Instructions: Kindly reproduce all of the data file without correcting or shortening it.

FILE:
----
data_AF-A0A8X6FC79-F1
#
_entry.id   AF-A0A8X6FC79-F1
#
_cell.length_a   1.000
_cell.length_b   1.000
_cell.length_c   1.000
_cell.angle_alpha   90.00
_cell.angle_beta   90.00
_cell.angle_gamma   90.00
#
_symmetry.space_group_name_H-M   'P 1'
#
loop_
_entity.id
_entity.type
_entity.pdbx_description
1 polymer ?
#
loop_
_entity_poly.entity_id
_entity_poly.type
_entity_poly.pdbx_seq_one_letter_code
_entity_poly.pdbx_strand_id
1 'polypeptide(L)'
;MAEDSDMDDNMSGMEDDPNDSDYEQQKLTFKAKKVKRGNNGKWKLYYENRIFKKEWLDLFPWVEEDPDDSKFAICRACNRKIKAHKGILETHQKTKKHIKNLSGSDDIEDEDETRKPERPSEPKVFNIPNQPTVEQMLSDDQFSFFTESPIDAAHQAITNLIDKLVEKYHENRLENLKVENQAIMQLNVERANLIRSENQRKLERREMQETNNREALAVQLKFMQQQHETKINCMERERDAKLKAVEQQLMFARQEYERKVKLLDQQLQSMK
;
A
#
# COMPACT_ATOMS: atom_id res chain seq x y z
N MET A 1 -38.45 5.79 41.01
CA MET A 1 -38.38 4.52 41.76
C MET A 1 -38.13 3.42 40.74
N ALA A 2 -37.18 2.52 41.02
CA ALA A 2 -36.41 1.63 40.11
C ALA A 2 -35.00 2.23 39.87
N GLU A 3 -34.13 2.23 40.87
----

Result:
data_AF-A0A8X6FC79-F1
#
_entry.id   AF-A0A8X6FC79-F1
#
_cell.length_a   1.000
_cell.length_b   1.000
_cell.length_c   1.000
_cell.angle_alpha   90.00
_cell.angle_beta   90.00
_cell.angle_gamma   90.00
#
_symmetry.space_group_name_H-M   'P 1'
#
loop_
_entity.id
_entity.type
_entity.pdbx_description
1 polymer ?
#
loop_
_entity_poly.entity_id
_entity_poly.type
_entity_poly.pdbx_seq_one_letter_code
_entity_poly.pdbx_strand_id
1 'polypeptide(L)'
;MAEDSDMDDNMSGMEDDPNDSDYEQQKLTFKAKKVKRGNNGKWKLYYENRIFKKEWLDLFPWVEEDPDDSKFAICRACNRKIKAHKGILETHQKTKKHIKNLSGSDDIEDEDETRKPERPSEPKVFNIPNQPTVEQMLSDDQFSFFTESPIDAAHQAITNLIDKLVEKYHENRLENLKVENQAIMQLNVERANLIRSENQRKLERREMQETNNREALAVQLKFMQQQHETKINCMERERDAKLKAVEQQLMFARQEYERKVKLLDQQLQSMK
;
A
#
# COMPACT_ATOMS: atom_id res chain seq x y z
N MET A 1 -38.45 5.79 41.01
CA MET A 1 -38.38 4.52 41.76
C MET A 1 -38.13 3.42 40.74
N ALA A 2 -37.18 2.52 41.02
CA ALA A 2 -36.41 1.63 40.11
C ALA A 2 -35.00 2.23 39.87
N GLU A 3 -34.13 2.23 40.87